Just because a business does not make any money, does not mean that the stock will go down. For example, although software-as-a-service business Salesforce.com lost money for years while it grew recurring revenue, if you held shares since 2005, you'd have done very well indeed. Nonetheless, only a fool would ignore the risk that a loss making company burns through its cash too quickly.
So, the natural question for Lithium Chile (CVE:LITH) shareholders is whether they should be concerned by its rate of cash burn. In this article, we define cash burn as its annual (negative) free cash flow, which is the amount of money a company spends each year to fund its growth. Let's start with an examination of the business's cash, relative to its cash burn.
Does Lithium Chile Have A Long Cash Runway?
A company's cash runway is the amount of time it would take to burn through its cash reserves at its current cash burn rate. When Lithium Chile last reported its balance sheet in June 2019, it had zero debt and cash worth CA$939k. In the last year, its cash burn was CA$3.9m. So it had a cash runway of approximately 3 months from June 2019. That's a very short cash runway which indicates an imminent need to douse the cash burn or find more funding. The image below shows how its cash balance has been changing over the last few years.
How Is Lithium Chile's Cash Burn Changing Over Time?
Lithium Chile didn't record any revenue over the last year, indicating that it's an early stage company still developing its business. Nonetheless, we can still examine its cash burn trajectory as part of our assessment of its cash burn situation. Given the length of the cash runway, we'd interpret the 24% reduction in cash burn, in twelve months, as prudent if not necessary for capital preservation. Lithium Chile makes us a little nervous due to its lack of substantial operating revenue. We prefer most of the stocks on this list of stocks that analysts expect to grow.
Can Lithium Chile Raise More Cash Easily?
While Lithium Chile is showing a solid reduction in its cash burn, it's still worth considering how easily it could raise more cash, even just to fuel faster growth. Generally speaking, a listed business can raise new cash through issuing shares or taking on debt. One of the main advantages held by publicly listed companies is that they can sell shares to investors to raise cash to fund growth. We can compare a company's cash burn to its market capitalisation to get a sense for how many new shares a company would have to issue to fund one year's operations.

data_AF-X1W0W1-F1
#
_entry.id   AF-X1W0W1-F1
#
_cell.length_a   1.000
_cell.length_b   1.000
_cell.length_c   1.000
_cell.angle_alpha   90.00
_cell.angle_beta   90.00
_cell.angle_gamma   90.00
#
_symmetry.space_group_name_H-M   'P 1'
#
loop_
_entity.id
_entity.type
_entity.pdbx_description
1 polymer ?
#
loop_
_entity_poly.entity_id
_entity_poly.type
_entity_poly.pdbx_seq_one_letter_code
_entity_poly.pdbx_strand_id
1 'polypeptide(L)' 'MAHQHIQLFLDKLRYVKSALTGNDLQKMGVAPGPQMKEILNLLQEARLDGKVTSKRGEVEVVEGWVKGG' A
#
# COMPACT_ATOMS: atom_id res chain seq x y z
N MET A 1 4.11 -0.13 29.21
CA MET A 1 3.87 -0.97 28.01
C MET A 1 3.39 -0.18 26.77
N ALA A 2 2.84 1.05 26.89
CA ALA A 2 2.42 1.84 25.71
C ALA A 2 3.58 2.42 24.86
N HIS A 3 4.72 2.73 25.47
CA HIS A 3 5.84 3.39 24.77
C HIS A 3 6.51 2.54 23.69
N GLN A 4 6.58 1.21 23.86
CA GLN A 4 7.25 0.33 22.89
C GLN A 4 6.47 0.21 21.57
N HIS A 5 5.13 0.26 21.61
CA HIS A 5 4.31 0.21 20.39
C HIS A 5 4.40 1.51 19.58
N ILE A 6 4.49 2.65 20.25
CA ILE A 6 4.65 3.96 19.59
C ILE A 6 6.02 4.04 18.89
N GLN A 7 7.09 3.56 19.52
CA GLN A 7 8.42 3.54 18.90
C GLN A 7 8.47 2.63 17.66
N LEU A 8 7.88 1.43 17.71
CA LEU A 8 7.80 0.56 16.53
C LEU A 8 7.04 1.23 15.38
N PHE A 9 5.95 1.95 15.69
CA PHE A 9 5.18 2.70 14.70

Since it has a market capitalisation of CA$28m, Lithium Chile's CA$3.9m in cash burn equates to about 14% of its market value. Given that situation, it's fair to say the company wouldn't have much trouble raising more cash for growth, but shareholders would be somewhat diluted.
So, Should We Worry About Lithium Chile's Cash Burn?
On this analysis of Lithium Chile's cash burn, we think its cash burn relative to its market cap was reassuring, while its cash runway has us a bit worried. Considering all the measures mentioned in this report, we reckon that its cash burn is fairly risky, and if we held shares we'd be watching like a hawk for any deterioration. While we always like to monitor cash burn for early stage companies, qualitative factors such as the CEO pay can also shed light on the situation. Click here to see free what the Lithium Chile CEO is paid..
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If you spot an error that warrants correction, please contact the editor at firstname.lastname@example.org. This article by Simply Wall St is general in nature. It does not constitute a recommendation to buy or sell any stock, and does not take account of your objectives, or your financial situation. Simply Wall St has no position in the stocks mentioned. Thank you for reading.